For native English speakers in Paris, shopping in local boutiques or ordering a drink in a café can be a fraught experience if the staff only speak French.
Later this year, though, two U.S. companies will turn the tables on the Parisians, preparing their own linguistic retail challenges in English.
One, a store named after a fruit, will have a bar that doesn’t serve fruit juice—although staff will advise you how best to use some high-tech gadgets made with sheet glass. The other, a bar called Windows, will serve you a juice, but won’t sell you a window—or Windows.
Enough of the mystery: the fruity store is, of course, Apple’s long-awaited direct entry into French retailing, while the bar is a temporary promotional gimmick for Microsoft’s Windows 7 operating system.
The sites chosen by the two companies speak volumes about their brand image and the customers they’re hoping to woo.
Apple’s first French retail store will be in the Carrousel du Louvre, a marble-tiled shopping mall beneath the courtyard of Paris’ most famous art museum. Neighboring retail outlets sell expensive perfume, watches, CDs and Swarovski crystal bling. It caters mostly to rich tourists and those shopping for flashy gifts. Rue Saint Honoré, a few hundred meters to the northwest, is where the really rich spend their time and money.
The Carrousel mall is known for its inverted glass pyramid, an elaborate light well-designed by architect I.M. Pei as a counterpoint to his other pyramid, this one the right way up, above the public entrance to the Louvre museum. A corridor links the inverted pyramid in the mall to the other pyramid and the museum.
Apple’s store, said to have more than 700 square meters of floor-space on two levels, will open directly off the square containing the inverted pyramid, in an area of the mall that previously served as the entrance to the food court. Apple pie, though, will no longer be on the menu: the Genius Bar, a fixture of Apple retail stores, only serves up technical advice.
The Carrousel will give Apple one commercial advantage over rival PC retailers: It is open seven days a week, in a nation that still imposes tough restrictions on Sunday trading outside designated tourist areas.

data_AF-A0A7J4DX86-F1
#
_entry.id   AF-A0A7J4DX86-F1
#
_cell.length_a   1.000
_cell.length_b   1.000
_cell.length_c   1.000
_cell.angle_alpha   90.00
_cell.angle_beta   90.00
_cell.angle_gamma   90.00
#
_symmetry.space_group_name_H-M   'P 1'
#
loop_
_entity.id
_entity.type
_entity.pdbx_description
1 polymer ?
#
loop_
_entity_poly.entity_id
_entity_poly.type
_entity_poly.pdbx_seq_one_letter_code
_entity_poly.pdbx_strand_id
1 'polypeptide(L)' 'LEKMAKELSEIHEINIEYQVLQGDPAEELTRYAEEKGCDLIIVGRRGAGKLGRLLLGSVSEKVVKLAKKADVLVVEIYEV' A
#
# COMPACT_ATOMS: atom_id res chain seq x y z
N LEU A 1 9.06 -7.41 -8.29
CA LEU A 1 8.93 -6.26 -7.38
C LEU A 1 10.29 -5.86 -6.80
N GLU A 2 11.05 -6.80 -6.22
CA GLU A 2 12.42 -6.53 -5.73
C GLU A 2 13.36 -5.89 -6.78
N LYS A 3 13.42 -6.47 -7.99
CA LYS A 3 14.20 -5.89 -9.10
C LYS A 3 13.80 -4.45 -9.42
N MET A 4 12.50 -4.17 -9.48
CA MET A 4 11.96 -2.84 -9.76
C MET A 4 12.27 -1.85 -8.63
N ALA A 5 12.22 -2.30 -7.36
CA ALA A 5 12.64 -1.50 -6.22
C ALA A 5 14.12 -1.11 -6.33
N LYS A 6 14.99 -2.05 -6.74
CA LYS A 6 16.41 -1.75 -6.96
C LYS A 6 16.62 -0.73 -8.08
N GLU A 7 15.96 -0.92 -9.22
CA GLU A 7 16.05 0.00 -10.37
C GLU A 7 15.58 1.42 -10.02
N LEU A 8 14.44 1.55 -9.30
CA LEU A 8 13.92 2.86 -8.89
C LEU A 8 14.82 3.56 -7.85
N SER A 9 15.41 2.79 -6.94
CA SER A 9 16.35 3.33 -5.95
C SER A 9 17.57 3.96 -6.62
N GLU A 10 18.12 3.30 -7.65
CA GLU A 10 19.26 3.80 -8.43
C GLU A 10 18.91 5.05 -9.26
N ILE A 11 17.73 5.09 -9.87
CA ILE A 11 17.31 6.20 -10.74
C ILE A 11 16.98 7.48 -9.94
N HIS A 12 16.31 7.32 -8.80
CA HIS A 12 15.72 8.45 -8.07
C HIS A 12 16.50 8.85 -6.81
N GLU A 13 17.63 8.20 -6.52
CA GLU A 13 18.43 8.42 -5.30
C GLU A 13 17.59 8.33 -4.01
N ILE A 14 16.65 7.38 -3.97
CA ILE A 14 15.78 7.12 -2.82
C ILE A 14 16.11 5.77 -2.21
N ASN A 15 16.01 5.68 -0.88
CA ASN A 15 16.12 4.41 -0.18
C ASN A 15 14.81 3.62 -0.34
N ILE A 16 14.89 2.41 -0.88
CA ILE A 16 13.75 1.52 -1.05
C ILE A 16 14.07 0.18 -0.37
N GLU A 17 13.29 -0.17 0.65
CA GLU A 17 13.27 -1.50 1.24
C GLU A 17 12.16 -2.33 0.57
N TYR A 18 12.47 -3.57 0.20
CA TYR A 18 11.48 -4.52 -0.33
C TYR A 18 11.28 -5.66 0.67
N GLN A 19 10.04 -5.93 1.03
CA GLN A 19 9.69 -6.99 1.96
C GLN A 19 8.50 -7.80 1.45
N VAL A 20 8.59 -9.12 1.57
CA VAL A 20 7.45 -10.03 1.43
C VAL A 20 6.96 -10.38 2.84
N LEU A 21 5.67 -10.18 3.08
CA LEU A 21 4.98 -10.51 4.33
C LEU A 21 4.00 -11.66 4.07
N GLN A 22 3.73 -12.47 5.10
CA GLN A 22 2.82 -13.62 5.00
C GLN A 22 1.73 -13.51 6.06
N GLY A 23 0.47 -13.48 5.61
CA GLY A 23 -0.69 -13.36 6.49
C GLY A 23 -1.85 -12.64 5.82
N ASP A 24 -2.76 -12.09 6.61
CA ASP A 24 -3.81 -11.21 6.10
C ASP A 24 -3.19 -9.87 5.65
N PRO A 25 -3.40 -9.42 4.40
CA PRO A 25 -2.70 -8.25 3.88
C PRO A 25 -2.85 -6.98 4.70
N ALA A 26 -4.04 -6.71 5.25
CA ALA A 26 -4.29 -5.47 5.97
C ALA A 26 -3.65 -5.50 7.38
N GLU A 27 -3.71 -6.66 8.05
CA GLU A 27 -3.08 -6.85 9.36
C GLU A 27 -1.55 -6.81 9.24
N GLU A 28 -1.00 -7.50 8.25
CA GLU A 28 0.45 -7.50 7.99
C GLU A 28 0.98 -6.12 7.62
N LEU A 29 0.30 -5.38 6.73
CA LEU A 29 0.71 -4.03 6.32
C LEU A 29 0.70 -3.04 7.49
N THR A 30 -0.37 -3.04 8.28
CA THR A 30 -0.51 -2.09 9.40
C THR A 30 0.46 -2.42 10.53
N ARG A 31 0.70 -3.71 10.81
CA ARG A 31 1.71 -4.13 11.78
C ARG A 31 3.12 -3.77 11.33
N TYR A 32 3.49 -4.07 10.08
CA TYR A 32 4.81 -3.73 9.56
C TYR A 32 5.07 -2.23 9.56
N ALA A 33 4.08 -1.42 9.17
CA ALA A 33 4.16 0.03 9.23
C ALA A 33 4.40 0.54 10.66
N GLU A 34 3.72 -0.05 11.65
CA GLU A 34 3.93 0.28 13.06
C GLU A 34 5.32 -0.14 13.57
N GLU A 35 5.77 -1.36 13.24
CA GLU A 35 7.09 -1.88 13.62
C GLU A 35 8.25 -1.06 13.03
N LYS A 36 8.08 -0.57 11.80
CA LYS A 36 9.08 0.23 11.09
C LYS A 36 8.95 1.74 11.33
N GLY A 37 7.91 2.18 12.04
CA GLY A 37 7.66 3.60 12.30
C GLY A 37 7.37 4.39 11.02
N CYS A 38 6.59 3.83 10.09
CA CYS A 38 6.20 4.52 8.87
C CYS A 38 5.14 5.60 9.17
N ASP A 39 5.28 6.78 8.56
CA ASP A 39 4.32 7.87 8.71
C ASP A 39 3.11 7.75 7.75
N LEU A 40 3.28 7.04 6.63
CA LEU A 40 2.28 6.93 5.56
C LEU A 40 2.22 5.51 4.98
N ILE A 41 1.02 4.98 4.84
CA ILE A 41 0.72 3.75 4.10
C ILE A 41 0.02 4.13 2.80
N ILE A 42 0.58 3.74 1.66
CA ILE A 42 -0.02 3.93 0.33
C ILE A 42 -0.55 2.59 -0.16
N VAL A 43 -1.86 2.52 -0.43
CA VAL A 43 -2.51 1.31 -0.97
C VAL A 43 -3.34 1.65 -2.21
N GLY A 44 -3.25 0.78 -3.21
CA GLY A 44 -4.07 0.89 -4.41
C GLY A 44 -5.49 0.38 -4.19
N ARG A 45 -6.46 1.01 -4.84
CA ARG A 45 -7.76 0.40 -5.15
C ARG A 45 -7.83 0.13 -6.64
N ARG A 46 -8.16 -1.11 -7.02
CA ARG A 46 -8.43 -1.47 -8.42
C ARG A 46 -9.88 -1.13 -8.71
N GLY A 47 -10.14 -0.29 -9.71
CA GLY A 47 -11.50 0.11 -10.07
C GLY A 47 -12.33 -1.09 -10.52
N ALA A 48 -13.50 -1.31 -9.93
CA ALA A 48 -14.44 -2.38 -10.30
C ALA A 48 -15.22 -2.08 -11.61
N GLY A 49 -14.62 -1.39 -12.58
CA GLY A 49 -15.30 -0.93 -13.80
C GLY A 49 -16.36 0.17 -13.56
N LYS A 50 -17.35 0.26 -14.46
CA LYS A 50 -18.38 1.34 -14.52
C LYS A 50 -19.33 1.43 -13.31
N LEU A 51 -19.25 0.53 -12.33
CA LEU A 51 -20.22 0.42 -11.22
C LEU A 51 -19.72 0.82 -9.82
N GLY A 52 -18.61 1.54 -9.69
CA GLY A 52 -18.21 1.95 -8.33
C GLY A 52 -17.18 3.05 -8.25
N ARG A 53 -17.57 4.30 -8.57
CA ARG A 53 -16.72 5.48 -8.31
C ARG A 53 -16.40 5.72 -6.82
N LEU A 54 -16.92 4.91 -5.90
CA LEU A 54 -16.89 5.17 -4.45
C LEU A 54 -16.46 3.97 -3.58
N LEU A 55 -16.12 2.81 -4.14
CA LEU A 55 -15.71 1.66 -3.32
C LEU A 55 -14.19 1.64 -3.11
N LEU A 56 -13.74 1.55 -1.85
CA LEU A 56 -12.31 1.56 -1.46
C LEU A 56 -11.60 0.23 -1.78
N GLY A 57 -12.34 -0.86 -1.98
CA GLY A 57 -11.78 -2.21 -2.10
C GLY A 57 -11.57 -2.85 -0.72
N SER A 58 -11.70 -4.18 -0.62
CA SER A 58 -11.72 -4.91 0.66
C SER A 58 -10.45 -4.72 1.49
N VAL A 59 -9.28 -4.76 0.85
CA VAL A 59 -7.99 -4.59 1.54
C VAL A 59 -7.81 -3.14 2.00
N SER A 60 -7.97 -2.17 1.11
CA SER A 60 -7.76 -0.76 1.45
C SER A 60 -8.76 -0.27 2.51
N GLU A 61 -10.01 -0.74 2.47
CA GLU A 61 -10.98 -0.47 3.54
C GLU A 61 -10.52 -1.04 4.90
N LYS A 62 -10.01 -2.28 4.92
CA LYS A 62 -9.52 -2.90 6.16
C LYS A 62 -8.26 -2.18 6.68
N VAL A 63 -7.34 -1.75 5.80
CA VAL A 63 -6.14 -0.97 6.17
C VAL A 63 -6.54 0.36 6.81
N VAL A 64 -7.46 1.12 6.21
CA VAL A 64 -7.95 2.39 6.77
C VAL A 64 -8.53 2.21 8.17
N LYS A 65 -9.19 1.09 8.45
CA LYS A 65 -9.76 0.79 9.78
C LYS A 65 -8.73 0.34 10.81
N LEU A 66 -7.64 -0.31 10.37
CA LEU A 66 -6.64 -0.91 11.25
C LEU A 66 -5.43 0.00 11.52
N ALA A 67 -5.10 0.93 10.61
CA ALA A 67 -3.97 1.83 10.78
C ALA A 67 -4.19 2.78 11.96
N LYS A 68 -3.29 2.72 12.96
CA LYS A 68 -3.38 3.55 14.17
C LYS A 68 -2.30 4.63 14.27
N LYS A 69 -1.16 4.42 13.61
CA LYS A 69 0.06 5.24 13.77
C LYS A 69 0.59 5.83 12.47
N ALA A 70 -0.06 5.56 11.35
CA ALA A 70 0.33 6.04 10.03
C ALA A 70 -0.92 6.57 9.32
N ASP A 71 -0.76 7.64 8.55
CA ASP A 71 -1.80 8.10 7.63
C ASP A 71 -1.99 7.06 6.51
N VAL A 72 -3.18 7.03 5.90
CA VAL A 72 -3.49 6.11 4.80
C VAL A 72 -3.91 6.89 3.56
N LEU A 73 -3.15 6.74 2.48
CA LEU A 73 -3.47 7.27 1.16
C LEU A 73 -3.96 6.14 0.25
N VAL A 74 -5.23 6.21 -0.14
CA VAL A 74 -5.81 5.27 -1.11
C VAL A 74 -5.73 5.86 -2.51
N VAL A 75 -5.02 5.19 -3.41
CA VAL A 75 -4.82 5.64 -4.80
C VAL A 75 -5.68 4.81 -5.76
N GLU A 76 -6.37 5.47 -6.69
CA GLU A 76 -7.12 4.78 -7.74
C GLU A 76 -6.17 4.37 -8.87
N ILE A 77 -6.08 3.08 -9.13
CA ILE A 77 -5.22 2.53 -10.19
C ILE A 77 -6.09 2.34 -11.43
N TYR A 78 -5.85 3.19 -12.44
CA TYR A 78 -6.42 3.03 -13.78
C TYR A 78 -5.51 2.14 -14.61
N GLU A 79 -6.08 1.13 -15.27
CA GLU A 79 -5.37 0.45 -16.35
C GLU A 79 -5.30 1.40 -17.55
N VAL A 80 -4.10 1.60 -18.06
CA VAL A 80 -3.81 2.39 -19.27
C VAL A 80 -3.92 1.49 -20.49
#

The entrance and windows of the future store are still shrouded in black, and the company is still recruiting store managers, personal shopping counselors and product experts for the Genius bar. The rumor on Apple fan sites is that it will open on Oct. 25, but an Apple spokeswoman would say only that the store will open before the end of the year.
While the Apple store’s opening date is still a secret, that of the Windows 7 Café is emblazoned across its façade. Like it’s operating system namesake, the Windows 7 café will be open for business on Oct. 22.
It’s in a somewhat sketchier setting than the Apple store, on a noisy, traffic-filled street (Microsoft called it “lively and busy”) sandwiched between the inside-out modern art museum at Beaubourg and the red-light district of rue Saint Denis. The bar previously at this address, 47 boulevard de Sébastopol, was called Wet Willie’s, a Tex-Mex joint with a reputation for cheap cocktails and jello shots.
These days, the area smells of fried chicken, not chilli. There’s a KFC on the corner, while not far off in the other direction there’s an outpost of another U.S. chain, Starbucks. In the no-man’s-land between the two, the orange storefront of Milk advertises the 200 PCs available in its cavernous underground Internet Café.
The street, one of the main north-south routes across town, is packed bumper to bumper with cars, but during office hours the sidewalk is mostly deserted and many of the neighboring stores are shuttered. The few pedestrians around are mostly on the cross-street, scuttling to or from the nearby metro stations.
At night and on weekends, however, the scene changes. The district’s bars and bistros are packed, and hordes of teenagers descend on the stores selling jeans, basketball shoes and other clothing that flourish in the area.
Microsoft’s café has changed its look since its Wet Willie days. Now the window is framed in matte black, while an Xbox-green overlay obscures the windows. Inside, though, the walls and floor are still bare, the wiring unfinished and the carpenters still at work. A promised free Wi-Fi network is still not in operation.
The company plans to sell coffee and fruit-juice cocktails at the café, but no technology products, according to a Microsoft spokeswoman. On the other hand, customers will be able to experience Microsoft software and services including Windows 7, Windows Mobile, and Windows Live, she said.
Microsoft’s move into catering will be short-lived—just a few weeks or months—but this won’t be the last time we see a Microsoft storefront: it is building a network of retail stores in the U.S., reportedly similar in feel to those of Apple—and perhaps, other reports say, with some former Apple staff too.